Shakespeare's classic tale of star-crossed lovers received a 21st century facelift last weekend. Montagues and Capulets became Godfreys and Santiagos. The masquerade ball was swapped out for a hip-hop dance break. And the famed balcony was transformed into a Target sale-rack.

Members of Richmond Artists With Talent (RAW Talent) performed a modern day adaptation of "Romeo and Juliet" to a sold-out auditorium in El Cerrito High School Saturday. The play, titled "Te's Harmony," used spoken word theater to tell the story of two teenagers caught in a turf war between Central and North Richmond.

RAW Talent is a creative arts program within the Making Waves Education, an afterschool organization in San Francisco and Richmond. Young performers between the ages of 14 and 22 incorporated modern language and personal stories to make "Romeo and Juliet" relevant to their own lives.

"Many of the [performers] don't feel very connected to Shakespeare," director Rooben Morgan told The Huffington Post. "They got to re-articulate, recreate and re-imagine that work in their own words and talk about issues that were important to them."

Donte Clark, the 22-year-old RAW Talent Assistant Coordinator and a program alum, wrote the script and starred as "Te," a reinterpreted Romeo. His version of the play ended in peace, not tragedy.

"We already have too many people getting killed," Clark told the HuffPost. "We're going to choose life instead."

In real life, Clark is part of the Godfrey family of North Richmond. He incorporated both qualities into his character. D'Neise Robinson played Juliet, renamed "Harmony." Both Robinson and her character are from Central Richmond.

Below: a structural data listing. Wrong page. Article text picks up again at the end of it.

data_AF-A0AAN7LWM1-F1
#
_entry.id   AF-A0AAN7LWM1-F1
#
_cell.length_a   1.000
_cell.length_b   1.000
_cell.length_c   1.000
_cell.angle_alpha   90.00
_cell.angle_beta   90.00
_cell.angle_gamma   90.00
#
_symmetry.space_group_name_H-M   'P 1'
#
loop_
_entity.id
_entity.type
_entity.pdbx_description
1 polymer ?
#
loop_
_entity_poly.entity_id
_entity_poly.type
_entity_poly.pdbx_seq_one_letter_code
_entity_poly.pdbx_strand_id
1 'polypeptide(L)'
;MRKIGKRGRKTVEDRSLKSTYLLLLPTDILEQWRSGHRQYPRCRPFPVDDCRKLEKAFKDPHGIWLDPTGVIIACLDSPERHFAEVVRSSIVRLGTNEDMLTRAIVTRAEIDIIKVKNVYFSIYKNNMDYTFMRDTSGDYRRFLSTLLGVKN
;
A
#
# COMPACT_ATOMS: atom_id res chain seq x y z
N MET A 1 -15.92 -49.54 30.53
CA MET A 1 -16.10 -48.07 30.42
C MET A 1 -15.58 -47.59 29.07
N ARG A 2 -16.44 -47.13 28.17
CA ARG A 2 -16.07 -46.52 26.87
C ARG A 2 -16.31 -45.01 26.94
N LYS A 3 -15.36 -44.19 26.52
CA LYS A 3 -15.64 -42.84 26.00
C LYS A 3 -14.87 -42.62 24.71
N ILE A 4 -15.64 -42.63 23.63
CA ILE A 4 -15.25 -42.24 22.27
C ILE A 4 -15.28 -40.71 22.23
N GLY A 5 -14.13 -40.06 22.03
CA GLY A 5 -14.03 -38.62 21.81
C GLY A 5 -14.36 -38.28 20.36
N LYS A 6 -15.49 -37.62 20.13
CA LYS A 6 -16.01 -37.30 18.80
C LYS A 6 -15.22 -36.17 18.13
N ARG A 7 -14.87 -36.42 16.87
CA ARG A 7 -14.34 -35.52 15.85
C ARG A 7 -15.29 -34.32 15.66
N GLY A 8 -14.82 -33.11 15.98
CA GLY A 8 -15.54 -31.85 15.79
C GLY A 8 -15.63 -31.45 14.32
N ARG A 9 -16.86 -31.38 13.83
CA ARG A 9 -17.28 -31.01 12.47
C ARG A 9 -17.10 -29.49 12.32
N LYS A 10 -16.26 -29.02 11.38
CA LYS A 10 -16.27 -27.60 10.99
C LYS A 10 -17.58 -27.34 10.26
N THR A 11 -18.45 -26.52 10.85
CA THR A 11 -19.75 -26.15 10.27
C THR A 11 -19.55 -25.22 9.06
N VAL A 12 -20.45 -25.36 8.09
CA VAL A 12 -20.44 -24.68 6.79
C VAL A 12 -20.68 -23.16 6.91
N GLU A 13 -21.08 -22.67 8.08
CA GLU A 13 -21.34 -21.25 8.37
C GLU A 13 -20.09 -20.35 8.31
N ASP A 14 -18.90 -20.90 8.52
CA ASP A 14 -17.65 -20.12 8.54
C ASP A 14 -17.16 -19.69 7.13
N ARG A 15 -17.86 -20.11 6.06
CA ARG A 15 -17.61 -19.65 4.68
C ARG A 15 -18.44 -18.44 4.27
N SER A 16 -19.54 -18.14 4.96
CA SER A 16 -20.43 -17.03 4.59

Throughout the piece, students wrote and performed monologues tackling deeply personal issues: death, gang rivalries and familial pride. Many of the actors come from clashing neighborhoods in in Richmond.

"They're expected to put aside any tensions when they're in the building," RAW Talent Coordinator Molly Raynor told the HuffPost. "But once they walk outside into the real world, they are expected to hate each other."

Clark's experiences as a playwright and young man in Richmond are the subject of a documentary by LA-based filmmaker Jason Zeldes. Zeldes began shooting August 6, the day of the Chevron Refinery explosion. The Kickstarter-funded documentary is titled "Romeo Is Bleeding."

"It highlights the transformational power of art, how that can heal not only a person, it can also heal a community," Zeldes told the HuffPost. "I think anyone who was at the theater [Saturday night] saw how cathartic it can be to discuss all sorts of issues in a public space."

"Romeo Is Bleeding" will continue shooting until June before going the festival route, according to the film's producer Michael Klein.

Saturday's performance was the only scheduled showing of "Te's Harmony." However, Morgan and Raynor are open to expanding the project to new theaters and, potentially, new cities.

Clark hopes the project will continue, and shine light on the issues facing the city of Richmond.

"The first step is just to come and be open to what is being said, the next is just thinking about it," Clark said. "There's hope. There's a possibility that we can all come together. We can laugh and heal together."

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